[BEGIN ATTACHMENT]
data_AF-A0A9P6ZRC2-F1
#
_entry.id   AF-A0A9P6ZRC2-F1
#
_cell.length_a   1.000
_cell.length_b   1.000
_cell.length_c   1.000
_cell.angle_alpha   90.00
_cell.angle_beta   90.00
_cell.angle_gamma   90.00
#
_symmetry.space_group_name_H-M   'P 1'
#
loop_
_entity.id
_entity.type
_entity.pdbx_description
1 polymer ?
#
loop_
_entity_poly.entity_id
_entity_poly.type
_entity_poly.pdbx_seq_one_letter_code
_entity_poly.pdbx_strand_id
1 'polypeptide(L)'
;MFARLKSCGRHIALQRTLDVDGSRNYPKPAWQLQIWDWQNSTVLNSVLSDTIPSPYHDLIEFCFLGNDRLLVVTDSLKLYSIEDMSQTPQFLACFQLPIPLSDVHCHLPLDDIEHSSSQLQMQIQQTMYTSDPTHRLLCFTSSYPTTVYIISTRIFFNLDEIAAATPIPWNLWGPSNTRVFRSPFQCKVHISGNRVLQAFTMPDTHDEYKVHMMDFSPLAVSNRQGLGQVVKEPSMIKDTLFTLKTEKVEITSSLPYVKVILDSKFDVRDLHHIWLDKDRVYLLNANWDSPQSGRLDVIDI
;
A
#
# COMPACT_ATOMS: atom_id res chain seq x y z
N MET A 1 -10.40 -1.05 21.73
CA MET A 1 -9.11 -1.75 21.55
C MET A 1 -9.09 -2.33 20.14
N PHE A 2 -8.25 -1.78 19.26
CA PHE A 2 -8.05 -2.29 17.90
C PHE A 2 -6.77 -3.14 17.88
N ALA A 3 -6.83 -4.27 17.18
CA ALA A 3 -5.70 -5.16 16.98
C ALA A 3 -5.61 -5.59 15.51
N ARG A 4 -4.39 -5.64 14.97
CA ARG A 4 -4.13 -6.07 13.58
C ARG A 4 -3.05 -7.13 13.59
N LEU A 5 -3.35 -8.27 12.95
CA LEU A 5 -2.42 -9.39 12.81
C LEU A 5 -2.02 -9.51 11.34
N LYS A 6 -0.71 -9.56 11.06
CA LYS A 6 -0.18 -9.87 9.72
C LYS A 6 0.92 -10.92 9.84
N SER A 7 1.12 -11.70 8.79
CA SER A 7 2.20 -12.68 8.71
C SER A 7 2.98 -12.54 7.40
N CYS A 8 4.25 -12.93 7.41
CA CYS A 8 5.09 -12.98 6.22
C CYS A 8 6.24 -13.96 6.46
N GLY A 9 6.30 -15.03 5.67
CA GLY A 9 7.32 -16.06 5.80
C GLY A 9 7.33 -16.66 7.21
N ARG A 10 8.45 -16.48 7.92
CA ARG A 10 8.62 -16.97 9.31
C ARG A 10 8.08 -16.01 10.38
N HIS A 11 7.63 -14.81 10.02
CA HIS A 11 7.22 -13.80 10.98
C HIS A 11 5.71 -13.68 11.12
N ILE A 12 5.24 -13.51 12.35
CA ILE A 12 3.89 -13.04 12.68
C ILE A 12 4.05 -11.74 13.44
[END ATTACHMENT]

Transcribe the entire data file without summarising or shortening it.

data_AF-A0A9P6ZRC2-F1
#
_entry.id   AF-A0A9P6ZRC2-F1
#
_cell.length_a   1.000
_cell.length_b   1.000
_cell.length_c   1.000
_cell.angle_alpha   90.00
_cell.angle_beta   90.00
_cell.angle_gamma   90.00
#
_symmetry.space_group_name_H-M   'P 1'
#
loop_
_entity.id
_entity.type
_entity.pdbx_description
1 polymer ?
#
loop_
_entity_poly.entity_id
_entity_poly.type
_entity_poly.pdbx_seq_one_letter_code
_entity_poly.pdbx_strand_id
1 'polypeptide(L)'
;MFARLKSCGRHIALQRTLDVDGSRNYPKPAWQLQIWDWQNSTVLNSVLSDTIPSPYHDLIEFCFLGNDRLLVVTDSLKLYSIEDMSQTPQFLACFQLPIPLSDVHCHLPLDDIEHSSSQLQMQIQQTMYTSDPTHRLLCFTSSYPTTVYIISTRIFFNLDEIAAATPIPWNLWGPSNTRVFRSPFQCKVHISGNRVLQAFTMPDTHDEYKVHMMDFSPLAVSNRQGLGQVVKEPSMIKDTLFTLKTEKVEITSSLPYVKVILDSKFDVRDLHHIWLDKDRVYLLNANWDSPQSGRLDVIDI
;
A
#
# COMPACT_ATOMS: atom_id res chain seq x y z
N MET A 1 -10.40 -1.05 21.73
CA MET A 1 -9.11 -1.75 21.55
C MET A 1 -9.09 -2.33 20.14
N PHE A 2 -8.25 -1.78 19.26
CA PHE A 2 -8.05 -2.29 17.90
C PHE A 2 -6.77 -3.14 17.88
N ALA A 3 -6.83 -4.27 17.18
CA ALA A 3 -5.70 -5.16 16.98
C ALA A 3 -5.61 -5.59 15.51
N ARG A 4 -4.39 -5.64 14.97
CA ARG A 4 -4.13 -6.07 13.58
C ARG A 4 -3.05 -7.13 13.59
N LEU A 5 -3.35 -8.27 12.95
CA LEU A 5 -2.42 -9.39 12.81
C LEU A 5 -2.02 -9.51 11.34
N LYS A 6 -0.71 -9.56 11.06
CA LYS A 6 -0.18 -9.87 9.72
C LYS A 6 0.92 -10.92 9.84
N SER A 7 1.12 -11.70 8.79
CA SER A 7 2.20 -12.68 8.71
C SER A 7 2.98 -12.54 7.40
N CYS A 8 4.25 -12.93 7.41
CA CYS A 8 5.09 -12.98 6.22
C CYS A 8 6.24 -13.96 6.46
N GLY A 9 6.30 -15.03 5.67
CA GLY A 9 7.32 -16.06 5.80
C GLY A 9 7.33 -16.66 7.21
N ARG A 10 8.45 -16.48 7.92
CA ARG A 10 8.62 -16.97 9.31
C ARG A 10 8.08 -16.01 10.38
N HIS A 11 7.63 -14.81 10.02
CA HIS A 11 7.22 -13.80 10.98
C HIS A 11 5.71 -13.68 11.12
N ILE A 12 5.24 -13.51 12.35
CA ILE A 12 3.89 -13.04 12.68
C ILE A 12 4.05 -11.74 13.44